Positively Pluralistic Cherie Harder

Monday, February 24, 2020

Learn more about the Trinity Forum’s first-ever report “Christianity, Pluralism, and Public Life in America: Insights from Christian Leaders” here.

The times, they are a-changing: America is quickly becoming much more religiously diverse and divided. By some estimates, over three-quarters of senior citizens identify as Christian, but less than half of those under 30 do. The largest religious shift of the last decade has been described as the rise of the “nones” – those who claim no religious affiliation. The resulting erosion of a religious consensus has evoked different reactions, including lament and fear. And indeed, we are in uncharted waters. But in navigating those waters, it is helpful to recall that it was the religious pluralism of America at the time of its founding that helped usher in the recognition of the right of religious freedom and protections around it.

Baylor Historian Thomas Kidd argued in his insightful work God of Liberty that in the years leading up to the founding, many of the original colonies had established a state church (usually Anglican or Presbyterian) which, at times, enthusiastically prosecuted Baptists, evangelicals, Quakers, or other then-marginal religious factions. These minority groups, in turn, while harboring no hopes for cultural dominance, advocated for the freedom to worship as they saw fit – and made common cause with the Unitarians, deists, and other theological misfits to oppose the Christian “power centers” of their day to secure full religious liberty.

As Kidd noted: “The evangelicals wanted disestablishment so they could freely preach the gospel; the rationalists and deists wanted disestablishment because they felt an enlightened government should not punish people for their religious views. The combination of the two agendas would transform America, helping make it both intensely religious and religiously free.”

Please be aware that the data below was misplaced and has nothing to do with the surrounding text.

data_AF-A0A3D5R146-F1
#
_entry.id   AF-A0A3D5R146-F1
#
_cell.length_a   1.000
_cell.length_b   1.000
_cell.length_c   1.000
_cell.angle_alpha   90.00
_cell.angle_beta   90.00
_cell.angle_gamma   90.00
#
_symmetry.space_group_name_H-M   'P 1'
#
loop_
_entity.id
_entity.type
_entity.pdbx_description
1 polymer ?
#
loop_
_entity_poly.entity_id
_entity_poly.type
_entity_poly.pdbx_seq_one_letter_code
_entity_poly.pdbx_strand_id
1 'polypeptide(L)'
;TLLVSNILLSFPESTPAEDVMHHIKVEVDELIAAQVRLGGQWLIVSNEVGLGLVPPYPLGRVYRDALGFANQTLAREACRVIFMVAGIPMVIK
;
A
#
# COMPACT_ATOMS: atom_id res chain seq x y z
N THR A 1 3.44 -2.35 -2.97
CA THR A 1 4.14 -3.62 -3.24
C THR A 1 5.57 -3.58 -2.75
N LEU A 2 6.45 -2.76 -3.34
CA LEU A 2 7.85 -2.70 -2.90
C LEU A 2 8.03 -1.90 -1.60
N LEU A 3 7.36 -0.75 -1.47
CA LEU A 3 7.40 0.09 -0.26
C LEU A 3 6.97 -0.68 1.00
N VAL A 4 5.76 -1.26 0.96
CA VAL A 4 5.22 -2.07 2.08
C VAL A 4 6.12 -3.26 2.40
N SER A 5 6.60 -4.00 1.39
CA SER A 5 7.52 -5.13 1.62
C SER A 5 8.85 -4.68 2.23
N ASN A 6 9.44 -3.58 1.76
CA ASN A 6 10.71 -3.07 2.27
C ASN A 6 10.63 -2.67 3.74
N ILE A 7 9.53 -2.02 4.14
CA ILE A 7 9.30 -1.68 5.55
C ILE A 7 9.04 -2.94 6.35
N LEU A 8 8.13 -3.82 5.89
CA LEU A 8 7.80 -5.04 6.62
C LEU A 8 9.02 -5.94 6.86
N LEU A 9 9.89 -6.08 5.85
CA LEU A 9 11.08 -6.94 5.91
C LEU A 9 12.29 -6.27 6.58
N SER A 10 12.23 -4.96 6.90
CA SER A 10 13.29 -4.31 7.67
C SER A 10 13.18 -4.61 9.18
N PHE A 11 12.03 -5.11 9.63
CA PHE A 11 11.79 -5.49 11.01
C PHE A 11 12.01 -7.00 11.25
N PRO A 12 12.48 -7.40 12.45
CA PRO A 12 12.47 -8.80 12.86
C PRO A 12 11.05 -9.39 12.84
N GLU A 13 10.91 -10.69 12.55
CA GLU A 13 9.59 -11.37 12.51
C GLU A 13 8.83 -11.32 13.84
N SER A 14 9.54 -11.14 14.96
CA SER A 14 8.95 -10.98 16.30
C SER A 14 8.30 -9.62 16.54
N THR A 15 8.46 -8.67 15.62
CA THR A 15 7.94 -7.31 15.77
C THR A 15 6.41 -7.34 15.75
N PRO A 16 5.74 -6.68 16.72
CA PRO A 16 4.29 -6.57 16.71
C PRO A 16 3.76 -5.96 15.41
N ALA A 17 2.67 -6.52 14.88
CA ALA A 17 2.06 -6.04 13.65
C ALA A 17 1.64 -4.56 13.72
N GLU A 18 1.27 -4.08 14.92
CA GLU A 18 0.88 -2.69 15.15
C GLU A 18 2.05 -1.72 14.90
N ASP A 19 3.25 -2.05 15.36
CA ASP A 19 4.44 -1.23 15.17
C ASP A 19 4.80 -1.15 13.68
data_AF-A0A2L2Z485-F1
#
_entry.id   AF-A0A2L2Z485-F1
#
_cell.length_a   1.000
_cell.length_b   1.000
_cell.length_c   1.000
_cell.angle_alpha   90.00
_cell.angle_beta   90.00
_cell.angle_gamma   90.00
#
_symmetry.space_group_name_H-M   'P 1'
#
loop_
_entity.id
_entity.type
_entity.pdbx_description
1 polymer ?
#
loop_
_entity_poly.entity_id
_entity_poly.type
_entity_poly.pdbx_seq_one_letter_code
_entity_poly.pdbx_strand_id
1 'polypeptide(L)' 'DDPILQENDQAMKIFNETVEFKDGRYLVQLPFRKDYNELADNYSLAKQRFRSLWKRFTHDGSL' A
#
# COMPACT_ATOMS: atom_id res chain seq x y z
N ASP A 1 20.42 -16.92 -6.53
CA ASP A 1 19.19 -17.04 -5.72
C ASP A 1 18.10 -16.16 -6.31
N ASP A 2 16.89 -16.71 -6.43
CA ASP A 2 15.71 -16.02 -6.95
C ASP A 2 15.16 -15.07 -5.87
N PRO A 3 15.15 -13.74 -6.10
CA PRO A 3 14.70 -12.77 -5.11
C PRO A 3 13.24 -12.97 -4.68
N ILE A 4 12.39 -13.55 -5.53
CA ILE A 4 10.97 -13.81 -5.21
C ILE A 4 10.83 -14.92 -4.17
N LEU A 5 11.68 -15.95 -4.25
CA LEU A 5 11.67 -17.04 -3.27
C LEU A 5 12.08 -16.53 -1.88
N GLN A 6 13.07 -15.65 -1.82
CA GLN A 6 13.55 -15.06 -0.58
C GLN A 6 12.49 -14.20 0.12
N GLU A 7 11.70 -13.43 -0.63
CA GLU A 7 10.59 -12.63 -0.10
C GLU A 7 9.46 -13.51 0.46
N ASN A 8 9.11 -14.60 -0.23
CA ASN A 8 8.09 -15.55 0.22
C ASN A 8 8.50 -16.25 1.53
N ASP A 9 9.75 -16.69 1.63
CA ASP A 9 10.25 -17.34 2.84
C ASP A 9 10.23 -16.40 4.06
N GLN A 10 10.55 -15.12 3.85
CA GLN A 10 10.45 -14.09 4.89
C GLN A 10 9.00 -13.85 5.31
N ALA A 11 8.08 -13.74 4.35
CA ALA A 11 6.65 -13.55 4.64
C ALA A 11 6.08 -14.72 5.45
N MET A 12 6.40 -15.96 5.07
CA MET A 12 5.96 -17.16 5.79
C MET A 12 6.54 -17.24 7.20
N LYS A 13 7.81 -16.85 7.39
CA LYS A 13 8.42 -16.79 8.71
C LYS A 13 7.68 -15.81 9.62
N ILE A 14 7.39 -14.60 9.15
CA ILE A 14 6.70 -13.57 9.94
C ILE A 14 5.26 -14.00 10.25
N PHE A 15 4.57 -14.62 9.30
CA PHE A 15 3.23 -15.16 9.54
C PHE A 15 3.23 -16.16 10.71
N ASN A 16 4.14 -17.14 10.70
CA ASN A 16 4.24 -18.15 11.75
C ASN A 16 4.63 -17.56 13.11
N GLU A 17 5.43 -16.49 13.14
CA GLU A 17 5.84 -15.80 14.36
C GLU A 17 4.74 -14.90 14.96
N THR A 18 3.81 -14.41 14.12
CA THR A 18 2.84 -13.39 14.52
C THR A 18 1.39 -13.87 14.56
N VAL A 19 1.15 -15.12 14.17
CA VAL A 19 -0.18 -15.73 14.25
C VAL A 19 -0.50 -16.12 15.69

Just as religious pluralism helped usher in religious liberty at the time of our founding, it may help sustain it in our own time. Today, we are pleased to release our first-ever research report on “Christianity, Pluralism, and Public Life in the United States,” ably led by Senior Fellow Michael Wear and Wheaton College professor Amy Black, who interviewed at length more than 50 Christian leaders (mostly, but not entirely pastors) across a variety of denominations. They found (no surprise) some sharp political divides between groups, but also a remarkably broad consensus about the value of pluralism in America, and the opportunities it brings for Christians to live out their faith and cultivate the common good of the country.

In the years ahead, as America’s religious landscape continues to shift and resettle, the importance and value of religious freedom will only grow. We hope this report will be a useful tool to those who proclaim and live out the Good News in every sector of life, and an encouragement to all Americans of the ways in which religious freedom and pluralism has undergirded our civic character and contributed to a more perfect union.


Recommended Reading and Resources:
  • Christianity, Pluralism, and Public Life in America: Insights from Christian Leaders Access here
  • The Trinity Forum, The Great Experiment: Faith and Freedom in the American Republic (The Trinity Forum, 2001) | Access here
  • Alexis de Tocqueville, “Democracy in America” (The Trinity Forum Reading, 2017)  | Access here
  • Thomas Kidd, God of Liberty (Basic Books, 2010) | Access here